I’m no longer MLK
Or Mahatma
Hell, I’m not even Robert
Much less Jack
And forget Harriet Tubman
All I wanted was . . .
the prize
The peace
And justice
For all those years
Of fighting my past
And presenting myself
As open to every change
And hoping—
my former Being
Could be forgiven
For transgressions
Not of my doing
But in my nature
While the saintliness
Of my new design
Desired to be
The low hanging fruit
Lynched high in penitence
Swaying from a tree
That sprinkles liberally
My seeds
Of struggle . . .
goodness and light
On an earth
Ripe with new dawns
That pierce the darkness
With an awakening . . .
Yet the world—
blinded by this virtue
Turned tiredly away
Denying the angelic
Of a heart unrestrained
Progressively collapsing
The morrow
With realities
Etched in stone
From the bad old days

Poetry from Marjorie Thelen


Next life I’m going to be a truck driver

Long distance with a sleep compartment in the back

I’ll drive from Alaska to Argentina

The roads might be better

or they might not be there at all


After that I’ll be a world famous theoretical physicist

brilliant, a genius, published

I’ll figure out what it’s all about through incredibly complicated math equations

I’ll talk in formulas


After that I’ll be a world famous rock and roll star or

Maybe a jazz bass player or

Maybe Janis Joplin or

Was that my previous lifetime?



Artwork from Jordana Feld

Tango and the Art of the Unseen
Jordana del Feld is a San Francisco artist and Argentine tango dancer. She paints and dances to connect with the world without and the world within. Her freehand painting technique balances her lifelong training and study of both Eastern and Western art. The dance of the brush records the inner energy of her subjects. Many people mistake the paintings for photographs, but they show what a photograph cannot. They are the art of the unseen.
The tango paintings began as a study of light and shadow, positive and negative, motion and stillness, men and women, yin and yang (and all that jazz), but over time, became intimate portraits that told the story of Jordana’s community. What began as an artistic exercise became confessions from the heart, of the entwined stories of a little world of lovers, friends, hope, heartbreak, joy, sharing, despair, discovery, and above all….


Poetry from Arron Erickson

Equal Treatment for all Groups


Why don’t you treat school activities the same as sports

Why do you treat us like the youngest child

And give everything to the oldest

So why I ask why

You never announce FFA or Robotics competitions

Yet you announce sport competitions

So why do you treat us like the youngest child

And save everything for the oldest

Or you don’t acknowledge us when we go to state

But you do for sports

So how is that fair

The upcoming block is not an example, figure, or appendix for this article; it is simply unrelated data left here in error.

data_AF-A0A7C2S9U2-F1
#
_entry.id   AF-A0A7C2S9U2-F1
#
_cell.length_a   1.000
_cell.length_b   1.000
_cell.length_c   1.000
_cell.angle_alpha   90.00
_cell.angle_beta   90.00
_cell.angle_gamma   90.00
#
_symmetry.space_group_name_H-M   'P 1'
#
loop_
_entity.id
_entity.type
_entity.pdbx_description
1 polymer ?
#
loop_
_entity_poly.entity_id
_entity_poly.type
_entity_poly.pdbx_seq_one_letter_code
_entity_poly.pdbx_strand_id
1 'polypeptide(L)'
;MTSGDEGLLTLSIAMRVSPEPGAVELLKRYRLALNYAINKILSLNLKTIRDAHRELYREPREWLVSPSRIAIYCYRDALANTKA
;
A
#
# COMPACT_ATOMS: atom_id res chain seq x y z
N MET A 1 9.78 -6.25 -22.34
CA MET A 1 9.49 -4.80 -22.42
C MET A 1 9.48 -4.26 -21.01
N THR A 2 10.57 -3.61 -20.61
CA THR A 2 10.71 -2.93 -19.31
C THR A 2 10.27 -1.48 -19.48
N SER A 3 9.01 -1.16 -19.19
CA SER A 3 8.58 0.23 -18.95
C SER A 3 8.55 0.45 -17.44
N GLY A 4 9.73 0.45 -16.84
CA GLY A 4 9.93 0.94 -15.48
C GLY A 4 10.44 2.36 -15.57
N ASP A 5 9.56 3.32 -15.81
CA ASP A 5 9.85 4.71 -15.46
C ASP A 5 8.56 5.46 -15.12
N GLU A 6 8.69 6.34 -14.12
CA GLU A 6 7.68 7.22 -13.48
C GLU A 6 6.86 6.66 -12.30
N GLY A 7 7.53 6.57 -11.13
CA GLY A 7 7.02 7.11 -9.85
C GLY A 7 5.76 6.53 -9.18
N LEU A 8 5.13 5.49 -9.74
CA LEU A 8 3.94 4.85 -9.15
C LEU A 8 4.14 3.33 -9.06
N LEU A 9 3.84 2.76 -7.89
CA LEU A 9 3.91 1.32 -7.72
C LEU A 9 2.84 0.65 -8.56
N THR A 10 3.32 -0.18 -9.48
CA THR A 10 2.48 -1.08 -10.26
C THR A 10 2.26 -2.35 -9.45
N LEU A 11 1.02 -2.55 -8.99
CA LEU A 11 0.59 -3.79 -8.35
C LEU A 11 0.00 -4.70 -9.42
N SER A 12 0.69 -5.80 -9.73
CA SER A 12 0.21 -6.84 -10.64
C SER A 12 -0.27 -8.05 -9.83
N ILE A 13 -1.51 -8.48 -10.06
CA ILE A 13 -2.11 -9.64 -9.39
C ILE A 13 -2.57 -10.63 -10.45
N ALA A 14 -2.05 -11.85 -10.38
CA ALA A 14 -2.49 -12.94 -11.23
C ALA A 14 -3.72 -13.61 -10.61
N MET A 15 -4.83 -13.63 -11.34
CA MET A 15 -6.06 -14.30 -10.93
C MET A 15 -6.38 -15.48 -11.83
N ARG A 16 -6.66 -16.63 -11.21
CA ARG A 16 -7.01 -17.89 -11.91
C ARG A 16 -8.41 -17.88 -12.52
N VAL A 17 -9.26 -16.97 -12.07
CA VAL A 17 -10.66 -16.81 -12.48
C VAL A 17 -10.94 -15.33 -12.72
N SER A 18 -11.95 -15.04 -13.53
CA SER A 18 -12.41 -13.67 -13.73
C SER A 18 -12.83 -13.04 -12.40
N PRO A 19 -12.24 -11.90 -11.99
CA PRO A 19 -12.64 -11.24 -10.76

We work just as hard as athletics do but in a different way

We build robots, we study topics like trees

So why do you treat us like the youngest child

It just isn’t fair

Poetry from j. lewis

Iron and Ether


Something familiar in the curve,

The anguished bend of steel overcome

By heat and stress beyond belief —

Caught my eye because it was

The essence of you,

Trapped and facing death,

Refusing to yield until

The last possible life

Had slipped to safety.

I bought the photograph.

All I have of you

Are the vapors of memory,

One of thousands missing

And logically dead.

Still, you are as solid in my mind

As that monument of iron,

Arching as though to shield me

From the emptiness ahead.

j.lewis is an internationally published poet, musician, and nurse practitioner. 
His poetry and music reflect the difficulty and joy of human interactions, 
and often draw inspiration from his decades of experience in healthcare. 
When he is not writing, composing, or diagnosing, he is often on a kayak, 
exploring and photographing the waterways near his home in California.

Short fiction from Paul Beckman


Mirsky turned fifty-five on his first ever business trip and now was pulling into his garage at home. Expecting a warm and loving reception from his wife Elaine he became instantly depressed when he noticed her car was missing from the garage.

Mirsky had the non-enviable ability to become instantly depressed for almost any reason, good or bad.

He pulled his suitcase from the trunk and it dawned on him—a surprise birthday party was awaiting him. Of course, he thought. How could I have been so dumb?

He smoothed his hair, straightened his jacket and practiced surprise faces for when he opened the door. Mirsky mind-counted twenty-three couples and a few singles that Elaine just had to invite to his party. He was excited as he turned the door knob to enter the kitchen.

The silence was deafening. He flicked on the kitchen light and saw a note on the counter.

Went to the movies, see you soon. LE.”